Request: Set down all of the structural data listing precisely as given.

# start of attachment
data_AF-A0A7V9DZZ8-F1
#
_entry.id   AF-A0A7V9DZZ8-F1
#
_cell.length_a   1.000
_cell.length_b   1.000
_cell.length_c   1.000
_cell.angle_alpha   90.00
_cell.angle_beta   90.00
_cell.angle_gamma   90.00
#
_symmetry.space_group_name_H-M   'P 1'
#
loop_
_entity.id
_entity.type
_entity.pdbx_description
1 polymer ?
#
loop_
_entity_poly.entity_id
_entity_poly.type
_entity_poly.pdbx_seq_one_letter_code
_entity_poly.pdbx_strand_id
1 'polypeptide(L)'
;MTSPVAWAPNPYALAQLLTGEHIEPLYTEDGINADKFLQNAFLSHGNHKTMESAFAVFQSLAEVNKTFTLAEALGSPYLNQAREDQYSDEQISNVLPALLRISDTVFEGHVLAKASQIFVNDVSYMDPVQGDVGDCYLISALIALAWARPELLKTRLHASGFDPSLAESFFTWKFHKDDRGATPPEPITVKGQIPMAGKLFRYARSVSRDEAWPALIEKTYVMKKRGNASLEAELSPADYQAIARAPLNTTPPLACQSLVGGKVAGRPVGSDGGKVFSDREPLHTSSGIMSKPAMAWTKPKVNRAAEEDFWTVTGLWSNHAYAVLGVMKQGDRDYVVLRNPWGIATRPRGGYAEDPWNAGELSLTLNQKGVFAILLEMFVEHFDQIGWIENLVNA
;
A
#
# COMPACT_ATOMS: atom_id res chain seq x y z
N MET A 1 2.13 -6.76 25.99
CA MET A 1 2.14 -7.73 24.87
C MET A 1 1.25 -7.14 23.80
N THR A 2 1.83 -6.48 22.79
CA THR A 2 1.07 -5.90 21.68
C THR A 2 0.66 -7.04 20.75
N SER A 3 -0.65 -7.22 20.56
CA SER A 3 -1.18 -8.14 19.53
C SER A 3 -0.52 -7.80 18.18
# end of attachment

data_AF-A0A7V9DZZ8-F1
#
_entry.id   AF-A0A7V9DZZ8-F1
#
_cell.length_a   1.000
_cell.length_b   1.000
_cell.length_c   1.000
_cell.angle_alpha   90.00
_cell.angle_beta   90.00
_cell.angle_gamma   90.00
#
_symmetry.space_group_name_H-M   'P 1'
#
loop_
_entity.id
_entity.type
_entity.pdbx_description
1 polymer ?
#
loop_
_entity_poly.entity_id
_entity_poly.type
_entity_poly.pdbx_seq_one_letter_code
_entity_poly.pdbx_strand_id
1 'polypeptide(L)'
;MTSPVAWAPNPYALAQLLTGEHIEPLYTEDGINADKFLQNAFLSHGNHKTMESAFAVFQSLAEVNKTFTLAEALGSPYLNQAREDQYSDEQISNVLPALLRISDTVFEGHVLAKASQIFVNDVSYMDPVQGDVGDCYLISALIALAWARPELLKTRLHASGFDPSLAESFFTWKFHKDDRGATPPEPITVKGQIPMAGKLFRYARSVSRDEAWPALIEKTYVMKKRGNASLEAELSPADYQAIARAPLNTTPPLACQSLVGGKVAGRPVGSDGGKVFSDREPLHTSSGIMSKPAMAWTKPKVNRAAEEDFWTVTGLWSNHAYAVLGVMKQGDRDYVVLRNPWGIATRPRGGYAEDPWNAGELSLTLNQKGVFAILLEMFVEHFDQIGWIENLVNA
;
A
#
# COMPACT_ATOMS: atom_id res chain seq x y z
N MET A 1 2.13 -6.76 25.99
CA MET A 1 2.14 -7.73 24.87
C MET A 1 1.25 -7.14 23.80
N THR A 2 1.83 -6.48 22.79
CA THR A 2 1.07 -5.90 21.68
C THR A 2 0.66 -7.04 20.75
N SER A 3 -0.65 -7.22 20.56
CA SER A 3 -1.18 -8.14 19.53
C SER A 3 -0.52 -7.80 18.18